Why Home Buyers Need a Proof of Funds Letter for a Real Estate Purchase

Why Home Buyers Need a Proof of Funds Letter for a Real Estate Purchase

When it comes time to purchase a home, a proof of funds letter shows that a buyer has enough liquid cash to complete the deal. If fact, buyers shouldn’t feel prepared to make an offer without this document because buyers will want to see this essential paperwork to determine whether the purchaser is truly able to afford the house. Here, Realtor.com shares what buyers need to know about how to obtain a proof of funds letter and more.

Who needs a proof of funds letter?

Basically, all buyers need to provide a proof of funds letter. Even if you’re obtaining a mortgage to finance your home purchase, you’ll still need enough cash for a down payment (ideally, 20 percent of the price of the house) and closing costs (an extra 3 percent to 4 percent of the home’s price). Although lenders will check your finances to make sure that you have the necessary cash on hand to close the deal, home sellers also will want to see that you have set funds aside. That means you should provide them with a proof of funds letter, as well as a pre-approval letter from your lender that confirms they are willing to loan you the remainder of the money you need.

Proof of funds letter versus pre-approval letter

A pre-approval letter is not a proof of funds. Mortgage pre-approval is a commitment from a lender to provide a buyer with a home loan. A proof of funds letter is a separate document that shows where you’re keeping the cash you need to bring to the closing table.

What counts as proof of funds?

You can get a proof of funds letter from the institution where your money is being held—typically a bank—but it also can come from other types of assets, such as an open credit line or money market account where funds can be accessed quickly. Money in mutual funds and stocks can’t count as proof of funds, since this money can’t be easily withdrawn and the amount can fluctuate daily based on market conditions. If you need to use some of this for your down payment, plan on transferring that money sooner rather than later into an account that will count as proof of funds. If the money you’re using for your down payment is coming from several accounts, you also should consider pooling it all into one for simplicity’s sake. Note: Although lenders will closely track where those dollars came from to make sure you aren’t secretly getting loans from family members to help with the purchase, home sellers won’t be so choosy; all they really want to see is that the money exists.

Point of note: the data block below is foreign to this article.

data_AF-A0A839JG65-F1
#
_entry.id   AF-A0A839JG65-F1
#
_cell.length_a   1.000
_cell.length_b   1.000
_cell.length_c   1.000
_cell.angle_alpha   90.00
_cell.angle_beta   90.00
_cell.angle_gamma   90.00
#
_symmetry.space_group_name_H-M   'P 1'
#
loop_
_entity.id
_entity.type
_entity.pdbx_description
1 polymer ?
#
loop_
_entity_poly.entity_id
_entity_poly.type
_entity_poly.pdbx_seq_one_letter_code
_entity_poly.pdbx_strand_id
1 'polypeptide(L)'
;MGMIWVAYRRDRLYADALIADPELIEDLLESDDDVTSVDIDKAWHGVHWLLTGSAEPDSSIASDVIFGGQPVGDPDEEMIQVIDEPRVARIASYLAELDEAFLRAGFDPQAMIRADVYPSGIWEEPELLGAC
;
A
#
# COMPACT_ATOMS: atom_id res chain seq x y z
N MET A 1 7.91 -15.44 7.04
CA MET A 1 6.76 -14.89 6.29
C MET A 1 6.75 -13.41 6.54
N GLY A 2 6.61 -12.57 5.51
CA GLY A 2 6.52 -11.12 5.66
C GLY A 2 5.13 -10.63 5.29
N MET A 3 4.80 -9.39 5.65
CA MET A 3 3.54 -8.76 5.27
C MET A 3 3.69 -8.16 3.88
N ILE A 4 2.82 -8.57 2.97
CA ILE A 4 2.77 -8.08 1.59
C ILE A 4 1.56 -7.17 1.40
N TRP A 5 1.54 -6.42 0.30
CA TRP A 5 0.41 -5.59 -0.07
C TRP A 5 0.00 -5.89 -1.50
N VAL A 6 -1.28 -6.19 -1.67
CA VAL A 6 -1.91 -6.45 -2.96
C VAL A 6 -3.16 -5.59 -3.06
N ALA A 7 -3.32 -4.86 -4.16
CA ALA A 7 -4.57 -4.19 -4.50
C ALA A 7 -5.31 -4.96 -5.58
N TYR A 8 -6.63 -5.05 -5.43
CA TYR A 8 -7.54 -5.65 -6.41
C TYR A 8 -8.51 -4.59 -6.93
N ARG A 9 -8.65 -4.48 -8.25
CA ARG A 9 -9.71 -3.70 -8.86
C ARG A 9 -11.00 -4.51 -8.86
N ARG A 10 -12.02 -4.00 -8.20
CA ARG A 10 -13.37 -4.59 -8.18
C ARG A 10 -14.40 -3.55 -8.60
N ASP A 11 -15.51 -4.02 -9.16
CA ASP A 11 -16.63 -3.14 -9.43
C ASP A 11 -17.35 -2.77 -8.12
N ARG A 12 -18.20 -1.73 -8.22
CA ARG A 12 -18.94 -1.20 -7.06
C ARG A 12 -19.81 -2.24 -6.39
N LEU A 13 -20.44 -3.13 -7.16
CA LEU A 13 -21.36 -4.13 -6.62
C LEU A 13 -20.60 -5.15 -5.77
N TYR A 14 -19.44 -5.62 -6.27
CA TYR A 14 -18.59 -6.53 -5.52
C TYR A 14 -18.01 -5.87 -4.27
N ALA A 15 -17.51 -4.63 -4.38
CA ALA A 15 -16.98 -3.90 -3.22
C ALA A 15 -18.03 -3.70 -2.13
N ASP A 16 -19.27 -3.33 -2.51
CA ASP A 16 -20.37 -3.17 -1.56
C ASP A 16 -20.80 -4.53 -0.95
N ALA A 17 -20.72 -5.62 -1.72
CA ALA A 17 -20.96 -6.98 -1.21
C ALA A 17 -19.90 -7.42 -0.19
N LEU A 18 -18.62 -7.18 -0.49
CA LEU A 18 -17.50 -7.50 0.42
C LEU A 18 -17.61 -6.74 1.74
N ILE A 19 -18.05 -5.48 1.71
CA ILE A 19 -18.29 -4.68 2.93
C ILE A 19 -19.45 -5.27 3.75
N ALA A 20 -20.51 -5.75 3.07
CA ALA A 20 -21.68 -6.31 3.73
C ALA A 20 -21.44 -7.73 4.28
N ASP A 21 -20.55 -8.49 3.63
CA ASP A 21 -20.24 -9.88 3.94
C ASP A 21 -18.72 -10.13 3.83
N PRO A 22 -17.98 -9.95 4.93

How and when to get a proof of funds letter

Obtaining a proof of funds letter typically is a quick and easy process in which you contact your bank and request one. Although you typically can get one within a day or two, keep in mind that some banks move more slowly than others. Ideally, you’ll want to give yourself at least a week for the statement to be issued. So, it’s best to obtain a proof of funds letter before submitting an offer on a home. As for when to provide proof of funds to sellers, some do it when they submit an offer on a home. But it’s also typically fine to supply it 24 to 38 hours after the offer is accepted.

What a proof of funds letter should include

Essentially, this document includes the account holder’s name and current balance of available funds—all on bank letterhead and signed by a bank official. In many cases, however, a recent bank statement from a checking or savings account where the money is being held also can serve as proof of funds. So, it’s worth checking if that alone will suffice. In addition, you can black out sensitive information on the statement before providing the statement to a seller to protect your privacy. As long as it’s clear that the account is yours and the money is in there, you’re all set.

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